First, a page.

Toxoplasma in animals, food, and humans: An old parasite of new concern

Beniamino T. Cenci-Goga, Paul V. Rossitto, Paola Sechi, Cheryl M E McCrindle, James S Cullor

Research output: Contribution to journalArticlepeer-review

119 Scopus citations


All hosts, including humans, can be infected by any one of the three forms of the parasite Toxoplasma gondii that correspond to three morphological stages: tachyzoite, bradyzoite, and sporozoite form. Felids are definitive hosts for T. gondii, which is an intracellular pathogen that infects a wide range of warm-blooded intermediate hosts. Toxoplasmosis is a disease where the interest of the diverse medical and veterinary specialties converge. Awareness needs to be increased that toxoplasmosis can induce clinical disease not only in immunocompromised patients or through congenital infections, but also in healthy patients. This is a review article that aims at illustrating why toxoplasmosis should be regarded a veterinary public health issue and how veterinary practitioners can contribute in controlling the infection.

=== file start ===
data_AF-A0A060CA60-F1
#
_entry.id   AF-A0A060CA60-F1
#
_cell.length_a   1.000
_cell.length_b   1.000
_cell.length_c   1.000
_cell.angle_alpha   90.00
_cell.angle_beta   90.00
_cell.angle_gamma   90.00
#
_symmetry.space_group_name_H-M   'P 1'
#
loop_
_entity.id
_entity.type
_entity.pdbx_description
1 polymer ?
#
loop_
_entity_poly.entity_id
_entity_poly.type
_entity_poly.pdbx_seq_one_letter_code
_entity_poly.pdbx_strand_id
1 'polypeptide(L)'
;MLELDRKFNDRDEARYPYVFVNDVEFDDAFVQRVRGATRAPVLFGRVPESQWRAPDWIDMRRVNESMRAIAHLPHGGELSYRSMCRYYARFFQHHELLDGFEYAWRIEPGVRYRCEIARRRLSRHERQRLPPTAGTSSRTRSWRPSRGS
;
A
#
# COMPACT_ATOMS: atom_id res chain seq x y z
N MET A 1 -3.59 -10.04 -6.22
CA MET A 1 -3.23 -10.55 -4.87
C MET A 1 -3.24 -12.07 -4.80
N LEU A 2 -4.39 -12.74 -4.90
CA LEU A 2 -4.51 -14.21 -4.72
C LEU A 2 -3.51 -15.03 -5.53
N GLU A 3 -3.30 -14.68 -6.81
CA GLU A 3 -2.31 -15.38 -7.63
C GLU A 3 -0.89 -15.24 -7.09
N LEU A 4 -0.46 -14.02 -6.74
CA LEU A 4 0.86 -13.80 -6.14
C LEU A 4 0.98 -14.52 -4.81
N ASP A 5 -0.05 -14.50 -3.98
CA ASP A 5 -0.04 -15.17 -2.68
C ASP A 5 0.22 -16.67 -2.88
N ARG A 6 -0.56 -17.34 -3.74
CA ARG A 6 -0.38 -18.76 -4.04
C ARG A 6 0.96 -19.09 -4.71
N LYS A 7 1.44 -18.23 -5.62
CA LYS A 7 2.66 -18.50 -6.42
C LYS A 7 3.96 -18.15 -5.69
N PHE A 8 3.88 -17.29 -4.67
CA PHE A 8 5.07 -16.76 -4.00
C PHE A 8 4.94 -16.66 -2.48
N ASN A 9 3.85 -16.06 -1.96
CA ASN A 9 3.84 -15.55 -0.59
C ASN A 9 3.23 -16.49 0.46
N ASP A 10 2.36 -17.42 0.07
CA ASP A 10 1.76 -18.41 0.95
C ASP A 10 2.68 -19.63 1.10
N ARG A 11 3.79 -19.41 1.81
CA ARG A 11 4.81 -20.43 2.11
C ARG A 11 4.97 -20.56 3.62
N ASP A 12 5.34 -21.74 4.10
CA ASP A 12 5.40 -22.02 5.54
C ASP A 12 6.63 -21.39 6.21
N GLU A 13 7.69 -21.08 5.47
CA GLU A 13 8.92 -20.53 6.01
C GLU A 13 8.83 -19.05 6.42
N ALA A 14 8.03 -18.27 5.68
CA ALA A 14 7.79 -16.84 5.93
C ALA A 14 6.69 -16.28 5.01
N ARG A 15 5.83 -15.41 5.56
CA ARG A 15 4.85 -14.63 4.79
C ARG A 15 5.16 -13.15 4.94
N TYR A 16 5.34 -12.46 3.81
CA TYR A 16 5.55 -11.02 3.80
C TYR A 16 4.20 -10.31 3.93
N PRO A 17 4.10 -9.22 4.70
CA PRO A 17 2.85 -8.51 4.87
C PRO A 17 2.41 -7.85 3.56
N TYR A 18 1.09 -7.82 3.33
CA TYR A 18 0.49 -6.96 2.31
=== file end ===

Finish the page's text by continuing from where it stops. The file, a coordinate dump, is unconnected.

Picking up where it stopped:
Original languageEnglish (US)
Pages (from-to)751-762
Number of pages12
JournalFoodborne Pathogens and Disease
Issue number7
StatePublished - Jul 1 2011

ASJC Scopus subject areas

  • Microbiology
  • Applied Microbiology and Biotechnology
  • Food Science
  • Animal Science and Zoology


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